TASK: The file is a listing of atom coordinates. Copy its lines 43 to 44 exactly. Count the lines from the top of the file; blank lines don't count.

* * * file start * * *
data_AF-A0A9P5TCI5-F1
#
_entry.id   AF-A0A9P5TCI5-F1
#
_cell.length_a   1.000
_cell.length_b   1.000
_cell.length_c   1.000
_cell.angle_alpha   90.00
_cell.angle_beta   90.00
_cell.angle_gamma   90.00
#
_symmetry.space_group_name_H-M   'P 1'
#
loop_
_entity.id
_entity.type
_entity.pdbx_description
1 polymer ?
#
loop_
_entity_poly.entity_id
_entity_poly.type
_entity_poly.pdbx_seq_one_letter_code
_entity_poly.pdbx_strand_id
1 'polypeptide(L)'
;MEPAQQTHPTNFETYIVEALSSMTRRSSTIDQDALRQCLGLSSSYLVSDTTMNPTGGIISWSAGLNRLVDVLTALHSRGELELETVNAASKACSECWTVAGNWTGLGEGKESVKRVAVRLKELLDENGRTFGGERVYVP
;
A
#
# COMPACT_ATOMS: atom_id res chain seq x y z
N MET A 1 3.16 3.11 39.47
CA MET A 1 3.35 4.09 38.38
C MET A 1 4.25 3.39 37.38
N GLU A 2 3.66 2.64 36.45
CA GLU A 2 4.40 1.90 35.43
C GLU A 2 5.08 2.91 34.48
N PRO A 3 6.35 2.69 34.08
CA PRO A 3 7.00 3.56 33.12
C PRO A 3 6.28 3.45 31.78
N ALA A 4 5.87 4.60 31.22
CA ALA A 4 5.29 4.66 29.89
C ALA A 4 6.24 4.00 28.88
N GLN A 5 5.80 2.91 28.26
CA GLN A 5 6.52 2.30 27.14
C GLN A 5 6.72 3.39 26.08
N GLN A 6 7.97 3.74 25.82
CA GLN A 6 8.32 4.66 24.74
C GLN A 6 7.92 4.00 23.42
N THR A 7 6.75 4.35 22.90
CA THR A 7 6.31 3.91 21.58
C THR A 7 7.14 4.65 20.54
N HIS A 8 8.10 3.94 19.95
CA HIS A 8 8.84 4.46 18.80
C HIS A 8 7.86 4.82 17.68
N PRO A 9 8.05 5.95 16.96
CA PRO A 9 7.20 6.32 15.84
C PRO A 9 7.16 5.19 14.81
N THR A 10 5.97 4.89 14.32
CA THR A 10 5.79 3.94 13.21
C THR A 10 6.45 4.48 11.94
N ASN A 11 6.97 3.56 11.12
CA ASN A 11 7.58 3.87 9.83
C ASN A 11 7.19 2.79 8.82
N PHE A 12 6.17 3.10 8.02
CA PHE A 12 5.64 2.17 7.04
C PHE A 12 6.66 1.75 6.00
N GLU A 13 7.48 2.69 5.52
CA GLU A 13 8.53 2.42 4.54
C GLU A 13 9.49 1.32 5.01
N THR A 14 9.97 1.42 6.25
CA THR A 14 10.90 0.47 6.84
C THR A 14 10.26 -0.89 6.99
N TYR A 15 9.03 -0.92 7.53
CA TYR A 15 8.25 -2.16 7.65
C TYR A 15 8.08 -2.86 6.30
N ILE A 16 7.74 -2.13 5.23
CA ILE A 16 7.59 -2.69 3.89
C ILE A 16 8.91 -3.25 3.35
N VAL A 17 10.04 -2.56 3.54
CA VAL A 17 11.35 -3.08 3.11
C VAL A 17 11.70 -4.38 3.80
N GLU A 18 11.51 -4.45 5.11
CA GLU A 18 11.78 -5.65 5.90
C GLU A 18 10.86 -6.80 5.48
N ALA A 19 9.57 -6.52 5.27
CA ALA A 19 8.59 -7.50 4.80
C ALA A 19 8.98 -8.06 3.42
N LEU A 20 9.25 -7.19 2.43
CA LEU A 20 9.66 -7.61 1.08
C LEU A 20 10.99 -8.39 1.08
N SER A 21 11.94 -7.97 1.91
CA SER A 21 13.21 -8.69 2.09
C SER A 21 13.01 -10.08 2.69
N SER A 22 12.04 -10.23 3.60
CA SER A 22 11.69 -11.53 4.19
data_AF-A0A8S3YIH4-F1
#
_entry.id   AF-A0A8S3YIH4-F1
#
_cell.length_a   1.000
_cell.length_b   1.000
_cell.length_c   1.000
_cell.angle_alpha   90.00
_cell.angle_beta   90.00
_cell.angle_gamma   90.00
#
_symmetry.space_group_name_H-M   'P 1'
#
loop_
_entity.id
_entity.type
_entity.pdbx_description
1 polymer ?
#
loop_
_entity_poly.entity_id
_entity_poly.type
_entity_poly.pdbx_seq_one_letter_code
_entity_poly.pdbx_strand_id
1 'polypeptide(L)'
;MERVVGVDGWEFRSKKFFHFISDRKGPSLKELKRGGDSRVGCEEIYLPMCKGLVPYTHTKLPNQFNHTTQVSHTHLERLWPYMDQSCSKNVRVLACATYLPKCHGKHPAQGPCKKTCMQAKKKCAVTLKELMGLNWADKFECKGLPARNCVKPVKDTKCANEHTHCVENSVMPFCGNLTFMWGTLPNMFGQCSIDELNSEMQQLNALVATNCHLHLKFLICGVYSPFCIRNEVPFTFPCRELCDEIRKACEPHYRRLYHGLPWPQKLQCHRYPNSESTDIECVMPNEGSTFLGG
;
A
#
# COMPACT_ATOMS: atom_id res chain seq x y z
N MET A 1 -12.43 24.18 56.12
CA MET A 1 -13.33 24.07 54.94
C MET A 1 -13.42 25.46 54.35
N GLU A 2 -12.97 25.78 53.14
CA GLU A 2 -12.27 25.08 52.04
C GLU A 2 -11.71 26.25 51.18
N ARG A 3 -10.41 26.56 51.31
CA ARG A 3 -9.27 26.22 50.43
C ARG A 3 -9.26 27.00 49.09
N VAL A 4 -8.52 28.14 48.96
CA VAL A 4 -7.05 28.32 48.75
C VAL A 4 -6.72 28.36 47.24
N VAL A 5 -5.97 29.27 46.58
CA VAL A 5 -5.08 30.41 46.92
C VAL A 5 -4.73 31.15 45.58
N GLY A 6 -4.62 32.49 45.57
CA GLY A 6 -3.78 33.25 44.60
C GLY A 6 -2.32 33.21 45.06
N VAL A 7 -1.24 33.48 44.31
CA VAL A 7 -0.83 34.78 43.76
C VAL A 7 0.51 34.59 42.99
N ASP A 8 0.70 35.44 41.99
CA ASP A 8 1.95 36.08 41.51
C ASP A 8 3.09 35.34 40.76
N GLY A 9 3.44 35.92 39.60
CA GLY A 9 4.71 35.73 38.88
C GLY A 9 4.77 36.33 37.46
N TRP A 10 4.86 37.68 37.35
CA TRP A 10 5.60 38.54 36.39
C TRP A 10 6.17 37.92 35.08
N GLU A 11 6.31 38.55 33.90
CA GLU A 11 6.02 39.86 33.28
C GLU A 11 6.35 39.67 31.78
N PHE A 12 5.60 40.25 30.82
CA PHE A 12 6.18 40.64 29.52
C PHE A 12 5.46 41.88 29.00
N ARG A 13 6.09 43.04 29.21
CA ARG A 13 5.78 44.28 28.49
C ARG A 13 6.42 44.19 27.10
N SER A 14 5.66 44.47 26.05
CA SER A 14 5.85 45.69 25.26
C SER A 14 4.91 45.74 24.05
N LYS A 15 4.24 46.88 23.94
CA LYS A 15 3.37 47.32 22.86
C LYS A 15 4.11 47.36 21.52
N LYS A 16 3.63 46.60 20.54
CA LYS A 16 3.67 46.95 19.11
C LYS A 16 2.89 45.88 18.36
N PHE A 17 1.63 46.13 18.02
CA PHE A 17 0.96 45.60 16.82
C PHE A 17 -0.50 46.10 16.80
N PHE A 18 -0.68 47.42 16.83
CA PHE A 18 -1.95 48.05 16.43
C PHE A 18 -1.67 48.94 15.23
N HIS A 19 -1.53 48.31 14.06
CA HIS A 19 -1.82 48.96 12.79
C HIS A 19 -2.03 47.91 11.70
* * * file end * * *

N GLN A 5 5.80 2.91 28.26
CA GLN A 5 6.52 2.30 27.14